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  1. Monima Chadha (2015). A Buddhist Epistemological Framework for Mindfulness Meditation. Asian Philosophy 25 (1):65-80.
    One of the major aims of this article is to provide the theoretical account of mindfulness provided by the systematic Abhidharma epistemology of conscious states. I do not claim to present the one true version of mindfulness, because there is not one version of it in Buddhism; in addition to the Abhidharma model, there is, for example, the nondual Mahāmudrā tradition. A better understanding of a Buddhist philosophical framework will not only help situate meditation practice in its originating tradition, but (...)
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  2. Charles K. Fink (2015). Clinging to Nothing: The Phenomenology and Metaphysics of Upādāna in Early Buddhism. Asian Philosophy 25 (1):15-33.
    The concept of clinging is absolutely central to early Buddhist thought. This article examines the concept from both a phenomenological and a metaphysical perspective and attempts to understand how it relates to the non-self doctrine and to the ultimate goal of Nibbāna. Unenlightened consciousness is consciousness centered on an ‘I’. It is also consciousness that is conditioned by and bound up with a being in the world. From a phenomenological perspective, clinging gives birth to the illusion of self, or what (...)
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  3. James Giles (2015). Hakuin, Scepticism, and Seeing Into One’s Own Nature. Asian Philosophy 25 (1):81-98.
    One of the most significant figures in the history of Japanese philosophy is the Zen master Hakuin. Yet, in the West, little attempt has been made to present and evaluate his thought in a way that would make it accessible to Western philosophers. This article attempts to redress this neglect. Here, it is shown how Hakuin uses kōan meditation to create ‘the great doubt’ or scepticism concerning the self. Hakuin’s method shares elements in common with both ancient Greek scepticism and (...)
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  4. Eran Laish (2015). Natural Awareness: The Discovery of Authentic Being in the rDzogs Chen Tradition. Asian Philosophy 25 (1):34-64.
    According to the Tibetan Buddhist tradition ‘The Great Perfection’ , we can distinguish between two basic dimensions of mind: an intentional dimension that is divided into perceiver and perceived and a non-dual dimension that transcends all distinctions between subject and object. The non-dual dimension is evident through its intuitional characteristics; an unbounded openness that is free from intentional limitations, a spontaneous luminosity which presences all phenomena, and self-awareness that recognizes the original resonance of beings. Owing to these characteristics, the descriptions (...)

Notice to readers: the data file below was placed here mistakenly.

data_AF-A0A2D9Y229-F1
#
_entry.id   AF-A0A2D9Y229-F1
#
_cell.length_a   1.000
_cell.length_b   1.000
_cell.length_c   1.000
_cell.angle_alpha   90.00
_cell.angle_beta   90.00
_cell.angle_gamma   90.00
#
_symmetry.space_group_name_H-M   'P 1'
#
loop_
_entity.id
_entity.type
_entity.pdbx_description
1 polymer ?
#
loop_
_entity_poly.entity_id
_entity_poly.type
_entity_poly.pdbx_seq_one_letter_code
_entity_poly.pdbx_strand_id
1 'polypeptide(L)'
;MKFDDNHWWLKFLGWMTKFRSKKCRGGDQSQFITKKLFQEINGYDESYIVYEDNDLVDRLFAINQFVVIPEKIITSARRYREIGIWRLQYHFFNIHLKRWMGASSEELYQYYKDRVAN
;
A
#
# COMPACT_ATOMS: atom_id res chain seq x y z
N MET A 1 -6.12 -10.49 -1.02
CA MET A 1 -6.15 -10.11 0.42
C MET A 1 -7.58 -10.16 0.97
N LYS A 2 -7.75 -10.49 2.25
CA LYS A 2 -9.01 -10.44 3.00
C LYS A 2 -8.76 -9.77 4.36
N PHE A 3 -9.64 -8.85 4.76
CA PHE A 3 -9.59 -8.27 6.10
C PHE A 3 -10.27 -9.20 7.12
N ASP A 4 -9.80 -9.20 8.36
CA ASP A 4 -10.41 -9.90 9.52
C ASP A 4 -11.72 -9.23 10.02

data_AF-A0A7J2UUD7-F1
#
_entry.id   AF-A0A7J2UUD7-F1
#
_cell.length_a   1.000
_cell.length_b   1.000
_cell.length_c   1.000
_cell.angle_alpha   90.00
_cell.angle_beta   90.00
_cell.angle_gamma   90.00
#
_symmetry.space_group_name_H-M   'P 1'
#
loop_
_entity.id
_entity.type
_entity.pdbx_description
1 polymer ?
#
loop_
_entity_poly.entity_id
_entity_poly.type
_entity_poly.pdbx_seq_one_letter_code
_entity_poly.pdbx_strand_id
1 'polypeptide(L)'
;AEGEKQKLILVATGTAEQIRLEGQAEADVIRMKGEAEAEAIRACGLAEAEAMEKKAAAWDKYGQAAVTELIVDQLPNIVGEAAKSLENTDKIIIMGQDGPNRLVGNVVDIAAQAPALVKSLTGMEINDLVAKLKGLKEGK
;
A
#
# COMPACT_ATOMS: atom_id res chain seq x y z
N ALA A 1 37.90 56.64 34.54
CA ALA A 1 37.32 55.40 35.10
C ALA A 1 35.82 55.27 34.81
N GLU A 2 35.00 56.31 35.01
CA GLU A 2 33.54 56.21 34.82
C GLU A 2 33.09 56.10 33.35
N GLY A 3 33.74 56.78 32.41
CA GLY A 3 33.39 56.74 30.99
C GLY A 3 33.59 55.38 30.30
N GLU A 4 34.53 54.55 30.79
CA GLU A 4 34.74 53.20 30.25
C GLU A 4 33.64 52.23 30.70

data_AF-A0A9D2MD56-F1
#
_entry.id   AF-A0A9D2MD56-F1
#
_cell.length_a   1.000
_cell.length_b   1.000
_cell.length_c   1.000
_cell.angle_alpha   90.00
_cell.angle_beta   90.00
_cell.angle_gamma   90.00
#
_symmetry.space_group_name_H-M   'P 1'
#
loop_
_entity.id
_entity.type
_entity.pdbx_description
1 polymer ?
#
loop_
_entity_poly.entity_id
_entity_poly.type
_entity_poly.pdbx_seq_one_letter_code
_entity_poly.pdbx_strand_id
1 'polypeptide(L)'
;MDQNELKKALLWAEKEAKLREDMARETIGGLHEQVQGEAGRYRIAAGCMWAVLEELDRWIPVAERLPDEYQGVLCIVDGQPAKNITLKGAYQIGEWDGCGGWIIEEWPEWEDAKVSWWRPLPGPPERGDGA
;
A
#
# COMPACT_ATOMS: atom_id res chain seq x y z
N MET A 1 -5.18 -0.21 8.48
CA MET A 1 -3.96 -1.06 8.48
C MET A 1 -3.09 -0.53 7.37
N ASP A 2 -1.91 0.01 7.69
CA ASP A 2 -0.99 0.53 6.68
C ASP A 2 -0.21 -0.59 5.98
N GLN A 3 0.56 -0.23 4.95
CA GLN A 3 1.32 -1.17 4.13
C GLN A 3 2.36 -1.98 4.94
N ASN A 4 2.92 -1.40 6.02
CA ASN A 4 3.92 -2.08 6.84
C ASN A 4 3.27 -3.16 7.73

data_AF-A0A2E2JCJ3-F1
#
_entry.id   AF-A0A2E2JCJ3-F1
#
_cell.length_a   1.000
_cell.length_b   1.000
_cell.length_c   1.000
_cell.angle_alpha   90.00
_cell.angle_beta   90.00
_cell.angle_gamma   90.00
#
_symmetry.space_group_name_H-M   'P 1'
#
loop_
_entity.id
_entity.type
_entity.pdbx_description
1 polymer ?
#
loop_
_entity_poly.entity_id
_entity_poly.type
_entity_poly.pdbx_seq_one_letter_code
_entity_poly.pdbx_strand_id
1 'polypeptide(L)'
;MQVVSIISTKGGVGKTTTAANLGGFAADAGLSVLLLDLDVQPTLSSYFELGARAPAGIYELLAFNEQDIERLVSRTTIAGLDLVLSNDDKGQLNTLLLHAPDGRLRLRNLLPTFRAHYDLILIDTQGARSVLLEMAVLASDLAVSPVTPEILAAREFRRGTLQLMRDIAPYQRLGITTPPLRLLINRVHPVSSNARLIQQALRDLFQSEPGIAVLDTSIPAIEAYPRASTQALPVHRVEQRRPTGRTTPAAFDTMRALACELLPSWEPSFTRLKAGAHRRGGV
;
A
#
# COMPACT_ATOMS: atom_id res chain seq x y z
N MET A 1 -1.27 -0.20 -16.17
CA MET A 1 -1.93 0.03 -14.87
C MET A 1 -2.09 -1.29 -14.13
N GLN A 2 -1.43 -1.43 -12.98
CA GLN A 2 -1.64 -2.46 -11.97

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  5. Yong Li (2015). Adaptationism and Early Confucian Moral Psychology. Asian Philosophy 25 (1):99-111.
    Ryan Nichols in his recent article ‘A genealogy of early Confucian moral psychology’ argues that the discussion of Confucius and Mencius on moral emotions can be provided an evolutionary analysis. Nichols’ argument is based on the evolutionary value of kin-relations and the origin of emotions toward kin in human society. In this article I argue that Nichols’ argument is flawed because he endorses an adaptationist program of human moral psychology. The adaptationists treat kin-relations and our emotions toward kin as a (...)
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  6. Rein Raud (2015). Dōgen’s Idea of Buddha-Nature: Dynamism and Non-Referentiality. Asian Philosophy 25 (1):1-14.
    Busshō, one of the central fascicles of Dōgen’s Shōbōgenzō, is dedicated to the problematic of Buddha-nature, the understanding of which in Dōgen’s thought is fairly different from previous Buddhist philosophy, but concordant with his views on reality, time and person. The article will present a close reading of several passages of the fascicle with comment in order to argue that Dōgen’s understanding of Buddha-nature is not something that entities have, but a mode of how they are, neither in itself nor (...)
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